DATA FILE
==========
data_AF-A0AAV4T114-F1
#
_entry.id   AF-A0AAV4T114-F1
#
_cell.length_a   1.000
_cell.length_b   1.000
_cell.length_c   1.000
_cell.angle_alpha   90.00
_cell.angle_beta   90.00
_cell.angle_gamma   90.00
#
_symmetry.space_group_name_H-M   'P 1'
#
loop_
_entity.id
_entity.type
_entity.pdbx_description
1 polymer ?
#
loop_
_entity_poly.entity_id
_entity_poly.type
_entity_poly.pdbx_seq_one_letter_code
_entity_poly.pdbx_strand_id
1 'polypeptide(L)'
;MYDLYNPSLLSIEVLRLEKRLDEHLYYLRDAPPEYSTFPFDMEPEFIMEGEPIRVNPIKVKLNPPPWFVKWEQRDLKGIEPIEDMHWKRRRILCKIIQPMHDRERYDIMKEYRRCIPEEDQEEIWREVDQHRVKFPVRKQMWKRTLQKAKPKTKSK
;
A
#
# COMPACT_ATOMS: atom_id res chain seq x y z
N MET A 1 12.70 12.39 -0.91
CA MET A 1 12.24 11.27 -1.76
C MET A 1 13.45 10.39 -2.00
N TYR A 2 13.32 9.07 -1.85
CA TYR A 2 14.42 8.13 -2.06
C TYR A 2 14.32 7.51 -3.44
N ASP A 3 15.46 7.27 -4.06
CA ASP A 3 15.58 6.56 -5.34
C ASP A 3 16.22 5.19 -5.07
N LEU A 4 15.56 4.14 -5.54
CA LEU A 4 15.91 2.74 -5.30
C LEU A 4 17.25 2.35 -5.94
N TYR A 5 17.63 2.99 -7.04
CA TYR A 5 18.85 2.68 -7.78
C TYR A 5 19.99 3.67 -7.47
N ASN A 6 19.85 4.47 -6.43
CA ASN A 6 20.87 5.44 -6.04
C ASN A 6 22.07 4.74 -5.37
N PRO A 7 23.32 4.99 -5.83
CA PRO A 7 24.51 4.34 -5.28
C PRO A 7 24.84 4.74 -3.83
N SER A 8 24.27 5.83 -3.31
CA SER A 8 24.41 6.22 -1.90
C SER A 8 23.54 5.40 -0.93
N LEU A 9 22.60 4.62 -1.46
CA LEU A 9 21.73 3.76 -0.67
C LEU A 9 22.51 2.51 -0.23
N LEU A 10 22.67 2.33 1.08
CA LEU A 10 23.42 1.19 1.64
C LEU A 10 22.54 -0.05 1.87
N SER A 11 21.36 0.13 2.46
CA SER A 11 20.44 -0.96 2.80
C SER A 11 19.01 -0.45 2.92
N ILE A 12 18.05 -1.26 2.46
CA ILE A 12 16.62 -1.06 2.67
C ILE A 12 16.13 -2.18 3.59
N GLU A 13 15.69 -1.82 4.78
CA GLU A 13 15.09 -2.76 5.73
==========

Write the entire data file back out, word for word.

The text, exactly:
data_AF-A0AAV4T114-F1
#
_entry.id   AF-A0AAV4T114-F1
#
_cell.length_a   1.000
_cell.length_b   1.000
_cell.length_c   1.000
_cell.angle_alpha   90.00
_cell.angle_beta   90.00
_cell.angle_gamma   90.00
#
_symmetry.space_group_name_H-M   'P 1'
#
loop_
_entity.id
_entity.type
_entity.pdbx_description
1 polymer ?
#
loop_
_entity_poly.entity_id
_entity_poly.type
_entity_poly.pdbx_seq_one_letter_code
_entity_poly.pdbx_strand_id
1 'polypeptide(L)'
;MYDLYNPSLLSIEVLRLEKRLDEHLYYLRDAPPEYSTFPFDMEPEFIMEGEPIRVNPIKVKLNPPPWFVKWEQRDLKGIEPIEDMHWKRRRILCKIIQPMHDRERYDIMKEYRRCIPEEDQEEIWREVDQHRVKFPVRKQMWKRTLQKAKPKTKSK
;
A
#
# COMPACT_ATOMS: atom_id res chain seq x y z
N MET A 1 12.70 12.39 -0.91
CA MET A 1 12.24 11.27 -1.76
C MET A 1 13.45 10.39 -2.00
N TYR A 2 13.32 9.07 -1.85
CA TYR A 2 14.42 8.13 -2.06
C TYR A 2 14.32 7.51 -3.44
N ASP A 3 15.46 7.27 -4.06
CA ASP A 3 15.58 6.56 -5.34
C ASP A 3 16.22 5.19 -5.07
N LEU A 4 15.56 4.14 -5.54
CA LEU A 4 15.91 2.74 -5.30
C LEU A 4 17.25 2.35 -5.94
N TYR A 5 17.63 2.99 -7.04
CA TYR A 5 18.85 2.68 -7.78
C TYR A 5 19.99 3.67 -7.47
N ASN A 6 19.85 4.47 -6.43
CA ASN A 6 20.87 5.44 -6.04
C ASN A 6 22.07 4.74 -5.37
N PRO A 7 23.32 4.99 -5.83
CA PRO A 7 24.51 4.34 -5.28
C PRO A 7 24.84 4.74 -3.83
N SER A 8 24.27 5.83 -3.31
CA SER A 8 24.41 6.22 -1.90
C SER A 8 23.54 5.40 -0.93
N LEU A 9 22.60 4.62 -1.46
CA LEU A 9 21.73 3.76 -0.67
C LEU A 9 22.51 2.51 -0.23
N LEU A 10 22.67 2.33 1.08
CA LEU A 10 23.42 1.19 1.64
C LEU A 10 22.54 -0.05 1.87
N SER A 11 21.36 0.13 2.46
CA SER A 11 20.44 -0.96 2.80
C SER A 11 19.01 -0.45 2.92
N ILE A 12 18.05 -1.26 2.46
CA ILE A 12 16.62 -1.06 2.67
C ILE A 12 16.13 -2.18 3.59
N GLU A 13 15.69 -1.82 4.78
CA GLU A 13 15.09 -2.76 5.73